The central tenets of biobanking are as follows:
- Data/sample collection
- Providing access for researchers
Throughout the COVID-19 pandemic, these have all proven indispensable.
Biobanks were leveraged for the storage of bronchoalveolar lavage fluids from patients with the as-yet unknown strain of viral pneumonia even before the virus was adequately characterized and defined as a coronavirus with a similar morphology to SARS and MERS.
Researchers around the world accelerated their efforts to decode the genome of the novel coronavirus and to make data available to the global scientific community.
Thanks to the tireless efforts of a small group of researchers, many of them in the UK, and the availability of a limited number of high quality specimens, the viral genome was sequenced quickly and the virus was characterized as SARS-CoV-2.
Soon after, the World Health Organisation (WHO) declared the outbreak a pandemic. The lessons learned can be reflected upon over a year later, including the importance of effective sample handling and biobanking in any future pandemic.
Effective sample handling
The quick sequencing of SARS-CoV-2 was achieved by utilizing a relatively restricted quantity of samples, and so, only characterized a small subset of the viral strains in circulation.
The traceability and quality of samples was crucial, and though sample quality should already be a hallmark of biobanks, COVID-19 research would have been significantly hindered with potentially fatal consequences without having that principle ingrained in the sample handling workflow.
Challenges in biobanking capabilities
The size of the pandemic presented a unique challenge to biobanking in that vast quantities of sample material were anticipated after the initial outbreak phase. As a result, biopharmaceutical and academic biobanks alike were inundated with samples involved in the development of new diagnostic test kits and potential vaccines, with as many as 2 million confirmed cases globally by mid-April.
Not many biobanks were experienced in the handling of highly pathogenic viruses and this was a hurdle to the success of these initiatives as they often lacked the necessary containment. The receiving biobanks will be much better positioned to deal with samples emanating from a potential pandemic virus in future.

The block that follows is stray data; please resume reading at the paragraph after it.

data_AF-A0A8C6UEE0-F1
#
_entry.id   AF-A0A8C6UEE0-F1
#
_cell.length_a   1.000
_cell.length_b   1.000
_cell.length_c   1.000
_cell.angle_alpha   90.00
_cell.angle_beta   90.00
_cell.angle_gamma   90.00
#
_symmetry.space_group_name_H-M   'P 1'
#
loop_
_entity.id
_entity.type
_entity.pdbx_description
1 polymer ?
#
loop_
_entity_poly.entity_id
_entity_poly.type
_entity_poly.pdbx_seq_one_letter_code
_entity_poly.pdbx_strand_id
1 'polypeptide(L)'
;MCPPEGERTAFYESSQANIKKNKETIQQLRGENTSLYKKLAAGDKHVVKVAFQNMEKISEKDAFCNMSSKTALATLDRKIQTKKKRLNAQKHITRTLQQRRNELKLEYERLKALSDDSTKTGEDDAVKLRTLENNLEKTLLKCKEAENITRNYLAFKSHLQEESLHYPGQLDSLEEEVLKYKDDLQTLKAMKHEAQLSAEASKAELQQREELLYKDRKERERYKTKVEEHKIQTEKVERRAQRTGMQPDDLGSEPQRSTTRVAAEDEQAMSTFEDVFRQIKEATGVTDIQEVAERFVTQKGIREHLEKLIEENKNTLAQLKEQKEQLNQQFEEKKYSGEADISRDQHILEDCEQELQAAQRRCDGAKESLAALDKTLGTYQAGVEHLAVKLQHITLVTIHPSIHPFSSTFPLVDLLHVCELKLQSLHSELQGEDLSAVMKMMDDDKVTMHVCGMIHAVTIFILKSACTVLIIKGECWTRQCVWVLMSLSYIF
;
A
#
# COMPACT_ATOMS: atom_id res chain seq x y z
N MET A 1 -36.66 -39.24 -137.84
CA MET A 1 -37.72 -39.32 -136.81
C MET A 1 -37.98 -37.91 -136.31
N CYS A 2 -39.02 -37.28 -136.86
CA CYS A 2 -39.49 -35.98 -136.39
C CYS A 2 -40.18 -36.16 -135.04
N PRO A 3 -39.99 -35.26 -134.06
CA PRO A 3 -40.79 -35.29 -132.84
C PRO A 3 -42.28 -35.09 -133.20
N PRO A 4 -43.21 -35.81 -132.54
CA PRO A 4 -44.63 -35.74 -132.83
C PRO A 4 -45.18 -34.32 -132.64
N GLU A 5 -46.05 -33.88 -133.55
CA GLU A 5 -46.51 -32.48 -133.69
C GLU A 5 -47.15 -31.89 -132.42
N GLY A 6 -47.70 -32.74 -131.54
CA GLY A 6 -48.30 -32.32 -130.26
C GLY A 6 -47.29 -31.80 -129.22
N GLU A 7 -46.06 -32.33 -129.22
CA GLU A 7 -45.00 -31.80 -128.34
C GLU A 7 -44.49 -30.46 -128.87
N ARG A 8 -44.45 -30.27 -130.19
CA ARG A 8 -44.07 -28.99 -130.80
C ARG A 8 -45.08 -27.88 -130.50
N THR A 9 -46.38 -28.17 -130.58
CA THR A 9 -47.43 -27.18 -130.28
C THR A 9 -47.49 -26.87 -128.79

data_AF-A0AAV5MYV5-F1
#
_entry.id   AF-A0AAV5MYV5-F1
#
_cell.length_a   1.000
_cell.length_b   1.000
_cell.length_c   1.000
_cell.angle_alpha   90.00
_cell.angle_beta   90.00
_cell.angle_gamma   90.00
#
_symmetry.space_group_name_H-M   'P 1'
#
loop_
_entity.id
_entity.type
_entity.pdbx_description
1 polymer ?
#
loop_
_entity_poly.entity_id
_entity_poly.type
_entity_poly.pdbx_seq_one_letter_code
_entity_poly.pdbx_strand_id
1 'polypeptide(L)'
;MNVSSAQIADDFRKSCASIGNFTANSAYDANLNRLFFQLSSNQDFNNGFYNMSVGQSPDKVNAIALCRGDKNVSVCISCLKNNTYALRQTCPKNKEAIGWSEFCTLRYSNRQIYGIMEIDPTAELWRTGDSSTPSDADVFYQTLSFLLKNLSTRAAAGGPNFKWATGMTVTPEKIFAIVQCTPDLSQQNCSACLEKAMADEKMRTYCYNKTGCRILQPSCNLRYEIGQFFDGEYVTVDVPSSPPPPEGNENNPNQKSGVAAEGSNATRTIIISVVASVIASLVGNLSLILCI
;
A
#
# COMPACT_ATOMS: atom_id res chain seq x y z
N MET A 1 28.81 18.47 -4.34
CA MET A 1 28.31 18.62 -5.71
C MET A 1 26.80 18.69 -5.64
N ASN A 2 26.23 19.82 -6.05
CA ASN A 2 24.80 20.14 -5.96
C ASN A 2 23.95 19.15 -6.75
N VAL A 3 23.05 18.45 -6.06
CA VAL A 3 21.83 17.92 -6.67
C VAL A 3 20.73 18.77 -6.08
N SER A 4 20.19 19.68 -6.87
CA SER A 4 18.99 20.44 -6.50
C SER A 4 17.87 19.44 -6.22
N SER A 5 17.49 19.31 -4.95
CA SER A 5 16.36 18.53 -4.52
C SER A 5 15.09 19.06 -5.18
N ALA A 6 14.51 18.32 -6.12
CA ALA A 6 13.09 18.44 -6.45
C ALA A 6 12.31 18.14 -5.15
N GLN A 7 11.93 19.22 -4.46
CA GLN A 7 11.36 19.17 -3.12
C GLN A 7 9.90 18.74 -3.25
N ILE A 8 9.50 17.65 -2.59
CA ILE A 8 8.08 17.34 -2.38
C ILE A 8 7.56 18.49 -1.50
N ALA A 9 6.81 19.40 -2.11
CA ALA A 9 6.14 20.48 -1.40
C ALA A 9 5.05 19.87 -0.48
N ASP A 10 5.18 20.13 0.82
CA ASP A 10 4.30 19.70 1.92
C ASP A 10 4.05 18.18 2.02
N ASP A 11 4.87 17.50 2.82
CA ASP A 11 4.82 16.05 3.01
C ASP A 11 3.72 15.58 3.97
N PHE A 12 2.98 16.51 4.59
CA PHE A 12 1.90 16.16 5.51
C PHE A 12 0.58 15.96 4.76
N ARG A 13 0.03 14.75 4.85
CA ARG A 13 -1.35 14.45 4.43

International transparency and cooperation were key to overcoming these obstacles, with the International Atomic Energy Authority in Vienna (on behalf of the United Nations), the Centre for Disease Control (CDC) in Atlanta, USA, and Public Health England at Colindale, UK, quickly publishing guidelines for handling and testing COVID-19 samples.
Scientific publications were fast to disseminate articles relating to SARS-CoV-2 and biobanking, putting extremely valuable information in the hands of bio bankers.
What does the future hold for biobanking?
As many clinical efforts have come to a halt while the scientific community rallies to defeat COVID-19, some biobanks have been forced to reduce existing activities. One key question that remains is once the overwhelming demand for SARS-CoV-2 samples eventually reduces, which biobanks will return to pre-COVID levels of activity?
Many commentators think that in the next 10 years it is inevitable that another viral pandemic will arise and biobanks will be much better prepared to cope with the bio-sampling necessary to support the development of new treatments and vaccines in that situation.
Access to the genomes of many individuals from different races, geographies, and socio-economic backgrounds will enable scientists to fully understand the impact of future viral diseases on closely targeted segments of the population much faster than before.
The spread of the disease can be tracked more efficiently by making this data available to epidemiologists more precisely and quickly, to control it more effectively. The role of biobanks will be key to success in this.
About Ziath Ltd
Ziath specializes in instrumentation control and information management in both the academic and the pharmaceutical/biotech industry sectors with a focus on the application of laboratory automation. In particular, we focus on managing large sample libraries (compound management, biobanking and sample management) using 2D datamatrix tubes.
Founded in 2005 by scientists and engineers; Ziath is over a decade old and is proud to server customers across the world. Ziath develops innovative new products designed to simplify processes in life science organizations. In addition Ziath offers consulting and contracting work to clients.
Ziath has a range of products split into four main categories of 2D barcode scanners, devices for handling tubes, 2D barcoded tubes and sample management software.
Sponsored Content Policy: News-Medical.net publishes articles and related content that may be derived from sources where we have existing commercial relationships, provided such content adds value to the core editorial ethos of News-Medical.Net which is to educate and inform site visitors interested in medical research, science, medical devices and treatments.